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J Biomed Opt. 2008 May-Jun;13(3):031220. doi: 10.1117/1.2940365.

Nonlinear optical imaging and spectral-lifetime computational analysis of endogenous and exogenous fluorophores in breast cancer.

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University of Wisconsin, Departments of Pharmacology and Biomedical Engineering and Laboratory for Optical and Computational Instrumentation and Paul P. Carbone Comprehensive Cancer Center, Madison, Wisconsin 53706, USA.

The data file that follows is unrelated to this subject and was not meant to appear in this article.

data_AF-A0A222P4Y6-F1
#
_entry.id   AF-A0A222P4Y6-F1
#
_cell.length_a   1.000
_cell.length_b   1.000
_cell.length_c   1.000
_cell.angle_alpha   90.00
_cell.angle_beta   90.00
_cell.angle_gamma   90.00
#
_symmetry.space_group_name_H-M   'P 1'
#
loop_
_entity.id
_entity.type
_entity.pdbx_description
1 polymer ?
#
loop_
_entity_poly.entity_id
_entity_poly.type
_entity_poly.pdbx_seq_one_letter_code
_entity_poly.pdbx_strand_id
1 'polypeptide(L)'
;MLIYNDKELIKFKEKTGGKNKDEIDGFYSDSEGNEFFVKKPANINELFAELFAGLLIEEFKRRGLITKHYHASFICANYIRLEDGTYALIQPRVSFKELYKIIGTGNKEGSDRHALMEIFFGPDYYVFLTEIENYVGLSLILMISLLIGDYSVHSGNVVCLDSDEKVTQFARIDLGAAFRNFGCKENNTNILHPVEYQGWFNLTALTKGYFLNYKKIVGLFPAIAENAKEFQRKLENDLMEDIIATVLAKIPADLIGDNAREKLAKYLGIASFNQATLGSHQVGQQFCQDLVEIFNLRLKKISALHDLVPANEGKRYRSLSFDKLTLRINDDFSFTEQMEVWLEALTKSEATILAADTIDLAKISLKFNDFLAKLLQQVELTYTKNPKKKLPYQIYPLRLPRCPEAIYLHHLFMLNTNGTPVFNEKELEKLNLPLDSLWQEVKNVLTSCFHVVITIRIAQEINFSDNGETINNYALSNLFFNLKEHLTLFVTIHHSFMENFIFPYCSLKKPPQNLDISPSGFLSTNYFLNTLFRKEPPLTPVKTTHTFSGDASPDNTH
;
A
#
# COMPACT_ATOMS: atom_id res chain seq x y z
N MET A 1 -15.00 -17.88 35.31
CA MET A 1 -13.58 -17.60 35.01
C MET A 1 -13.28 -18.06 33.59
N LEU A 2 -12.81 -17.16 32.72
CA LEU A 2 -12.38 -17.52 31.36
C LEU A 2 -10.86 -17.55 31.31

Multiphoton laser scanning microscopy (MPLSM) utilizing techniques such as multiphoton excitation (MPE), second harmonic generation (SHG), and multiphoton fluorescence lifetime imaging and spectral lifetime imaging (FLIM and SLIM, respectively) are greatly expanding the degree of information obtainable with optical imaging in biomedical research. The application of these nonlinear optical approaches to the study of breast cancer holds particular promise. These noninvasive, multidimensional techniques are well suited to image exogenous fluorophores that allow relevant questions regarding protein localization and signaling to be addressed both in vivo and in vitro. Furthermore, MPLSM imaging of endogenous signals from collagen and fluorophores such as nicotinamide adenine dinucleotide (NADH) or flavin adenine dinucleotide (FAD), address important questions regarding the tumor-stromal interaction and the physiologic state of the cell. We demonstrate the utility of multimodal MPE/SHG/FLIM for imaging both exogenous and/or endogenous fluorophores in mammary tumors or relevant 3-D systems. Using SLIM, we present a method for imaging and differentiating signals from multiple fluorophores that can have overlapping spectra via SLIM Plotter-a computational tool for visualizing and analyzing large spectral-lifetime data sets.

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